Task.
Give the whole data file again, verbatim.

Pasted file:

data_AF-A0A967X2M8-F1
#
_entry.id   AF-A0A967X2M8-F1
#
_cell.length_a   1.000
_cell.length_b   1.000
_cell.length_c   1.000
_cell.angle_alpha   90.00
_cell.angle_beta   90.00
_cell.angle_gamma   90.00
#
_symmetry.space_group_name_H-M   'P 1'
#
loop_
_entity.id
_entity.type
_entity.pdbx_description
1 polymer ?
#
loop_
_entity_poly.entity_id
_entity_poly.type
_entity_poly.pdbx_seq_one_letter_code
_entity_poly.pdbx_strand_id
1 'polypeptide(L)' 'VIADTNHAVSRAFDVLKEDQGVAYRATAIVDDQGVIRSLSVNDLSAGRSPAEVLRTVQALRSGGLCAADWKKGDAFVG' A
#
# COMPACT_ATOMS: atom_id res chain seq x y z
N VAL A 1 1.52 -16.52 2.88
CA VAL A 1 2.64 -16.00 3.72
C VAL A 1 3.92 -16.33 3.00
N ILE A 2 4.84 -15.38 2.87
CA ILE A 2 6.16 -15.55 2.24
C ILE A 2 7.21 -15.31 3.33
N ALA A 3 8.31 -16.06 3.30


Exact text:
data_AF-A0A967X2M8-F1
#
_entry.id   AF-A0A967X2M8-F1
#
_cell.length_a   1.000
_cell.length_b   1.000
_cell.length_c   1.000
_cell.angle_alpha   90.00
_cell.angle_beta   90.00
_cell.angle_gamma   90.00
#
_symmetry.space_group_name_H-M   'P 1'
#
loop_
_entity.id
_entity.type
_entity.pdbx_description
1 polymer ?
#
loop_
_entity_poly.entity_id
_entity_poly.type
_entity_poly.pdbx_seq_one_letter_code
_entity_poly.pdbx_strand_id
1 'polypeptide(L)' 'VIADTNHAVSRAFDVLKEDQGVAYRATAIVDDQGVIRSLSVNDLSAGRSPAEVLRTVQALRSGGLCAADWKKGDAFVG' A
#
# COMPACT_ATOMS: atom_id res chain seq x y z
N VAL A 1 1.52 -16.52 2.88
CA VAL A 1 2.64 -16.00 3.72
C VAL A 1 3.92 -16.33 3.00
N ILE A 2 4.84 -15.38 2.87
CA ILE A 2 6.16 -15.55 2.24
C ILE A 2 7.21 -15.31 3.33
N ALA A 3 8.31 -16.06 3.30